RE “fair game” — this naturally begs the question: In this scenario will woodchucks be “fair game” subject to hunters and/or other predators? If yes, in-vs.-out of season variations arising from sudden death/disappearance associated with calendar dates would complicate the modeling — presumably flattening the distribution when random death is more likely.

The following might serve as a mental stimulant for such considerations, which clearly are not confined to just woodchucks: http://www.youtube.com/watch?v=F6etfJgZQ7A

6. JH says:

I can’t do the homework without data. No data, no probability/statistical modeling.

Whatâ€™s the old joke about the number is of times wood heats? What is the number? One is a lonely number. Definitely not 3. Three has never liked me since we met in first grade. Four rhymes with death in Chinese. All rankings (with 1 being the best) higher than 5 are not acceptable. So, TWO is my answer.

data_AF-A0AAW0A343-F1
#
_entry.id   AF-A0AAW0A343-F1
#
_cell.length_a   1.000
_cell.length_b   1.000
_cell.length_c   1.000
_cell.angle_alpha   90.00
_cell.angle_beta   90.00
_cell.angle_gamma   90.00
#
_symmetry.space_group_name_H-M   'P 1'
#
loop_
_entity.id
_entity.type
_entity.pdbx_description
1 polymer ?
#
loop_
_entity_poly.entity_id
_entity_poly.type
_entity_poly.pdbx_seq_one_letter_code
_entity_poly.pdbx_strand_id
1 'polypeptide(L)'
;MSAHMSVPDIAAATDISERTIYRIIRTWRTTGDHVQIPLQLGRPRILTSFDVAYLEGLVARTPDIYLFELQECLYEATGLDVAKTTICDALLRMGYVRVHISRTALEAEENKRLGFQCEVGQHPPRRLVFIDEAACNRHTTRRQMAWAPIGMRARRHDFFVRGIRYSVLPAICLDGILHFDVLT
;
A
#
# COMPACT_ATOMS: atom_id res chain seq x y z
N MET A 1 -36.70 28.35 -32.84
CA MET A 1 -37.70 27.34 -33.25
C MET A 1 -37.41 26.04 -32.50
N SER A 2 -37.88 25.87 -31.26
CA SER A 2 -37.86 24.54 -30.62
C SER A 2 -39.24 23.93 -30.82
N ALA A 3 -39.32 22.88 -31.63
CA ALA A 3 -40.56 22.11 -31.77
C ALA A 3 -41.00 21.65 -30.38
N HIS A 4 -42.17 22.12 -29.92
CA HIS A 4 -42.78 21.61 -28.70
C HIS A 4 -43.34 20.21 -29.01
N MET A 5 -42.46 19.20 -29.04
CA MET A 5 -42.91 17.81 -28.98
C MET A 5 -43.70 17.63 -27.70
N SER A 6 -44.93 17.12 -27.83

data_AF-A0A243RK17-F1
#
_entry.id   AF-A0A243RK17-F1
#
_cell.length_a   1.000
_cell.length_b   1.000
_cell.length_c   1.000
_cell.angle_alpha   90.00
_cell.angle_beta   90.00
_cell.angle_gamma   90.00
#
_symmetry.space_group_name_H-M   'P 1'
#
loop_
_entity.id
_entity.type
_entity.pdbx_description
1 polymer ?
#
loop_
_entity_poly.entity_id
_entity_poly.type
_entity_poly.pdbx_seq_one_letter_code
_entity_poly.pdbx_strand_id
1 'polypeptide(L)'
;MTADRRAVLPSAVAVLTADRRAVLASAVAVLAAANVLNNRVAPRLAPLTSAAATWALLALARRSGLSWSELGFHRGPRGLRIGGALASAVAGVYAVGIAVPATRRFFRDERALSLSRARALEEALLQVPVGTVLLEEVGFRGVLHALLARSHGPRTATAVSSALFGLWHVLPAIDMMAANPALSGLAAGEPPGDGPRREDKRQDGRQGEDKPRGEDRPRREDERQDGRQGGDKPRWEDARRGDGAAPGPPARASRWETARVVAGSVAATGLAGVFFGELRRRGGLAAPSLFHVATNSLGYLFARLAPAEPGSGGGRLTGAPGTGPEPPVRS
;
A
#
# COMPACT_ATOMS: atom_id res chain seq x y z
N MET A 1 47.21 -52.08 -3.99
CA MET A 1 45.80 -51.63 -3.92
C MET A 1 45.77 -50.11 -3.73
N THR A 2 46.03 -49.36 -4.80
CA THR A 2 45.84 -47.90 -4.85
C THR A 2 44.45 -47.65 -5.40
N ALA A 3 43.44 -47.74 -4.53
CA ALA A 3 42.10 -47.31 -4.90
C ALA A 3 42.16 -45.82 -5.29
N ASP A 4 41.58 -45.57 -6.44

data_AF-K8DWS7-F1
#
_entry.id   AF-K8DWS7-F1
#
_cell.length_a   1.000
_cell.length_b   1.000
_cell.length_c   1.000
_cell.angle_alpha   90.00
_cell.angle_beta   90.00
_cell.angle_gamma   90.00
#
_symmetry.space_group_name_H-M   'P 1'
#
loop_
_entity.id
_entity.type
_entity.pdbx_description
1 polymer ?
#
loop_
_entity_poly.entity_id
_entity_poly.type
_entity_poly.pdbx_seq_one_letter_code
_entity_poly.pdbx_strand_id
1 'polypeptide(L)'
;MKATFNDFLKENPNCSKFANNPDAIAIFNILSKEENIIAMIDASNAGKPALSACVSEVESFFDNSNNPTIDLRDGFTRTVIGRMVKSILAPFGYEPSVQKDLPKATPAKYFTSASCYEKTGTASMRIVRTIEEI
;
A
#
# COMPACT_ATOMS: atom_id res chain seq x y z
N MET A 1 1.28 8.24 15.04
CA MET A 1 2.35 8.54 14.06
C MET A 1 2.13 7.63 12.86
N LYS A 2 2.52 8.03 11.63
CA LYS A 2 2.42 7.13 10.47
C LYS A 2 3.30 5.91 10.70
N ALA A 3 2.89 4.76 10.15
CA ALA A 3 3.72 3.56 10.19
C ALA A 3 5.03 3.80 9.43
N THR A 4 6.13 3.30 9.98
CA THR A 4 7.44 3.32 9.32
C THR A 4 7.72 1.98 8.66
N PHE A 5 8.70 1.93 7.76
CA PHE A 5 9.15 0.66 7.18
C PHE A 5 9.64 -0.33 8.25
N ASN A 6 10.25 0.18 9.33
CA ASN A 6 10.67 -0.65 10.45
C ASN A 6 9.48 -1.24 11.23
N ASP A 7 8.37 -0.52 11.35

7. DAV says:

There’s a woodchuck living under my garage. It had studiously avoided chucking ANY wood as far as I can tell so the answer is likely 0 which is pretty close to MY average. Isn’t this post a bit premature for Feb 2?

8. Doug M says:

A woodchuck would chuck as much wood as a woodchuck could chuck if a woodchuck could chuck wood.

RC Saumarez is off to a good start modeling efficiency of woodchuck chucking over the time spent chucking.

The missing variable is how much time would be spent chucking vs. non-chucking activity — eating, sleeping… climatology.

Climatology? Don’t forget that the woodchuck is also known as the groundhog, and is the one of the most famous weather prognosticators in the land.

Methinks a certain statistician-meteorologist is jealous of the woodchucks fame.

9. The heart of the exercise is to describe the probability distribution representing the wood chucking ability of woodchucks assuming the counterfactual that woodchucks can chuck wood.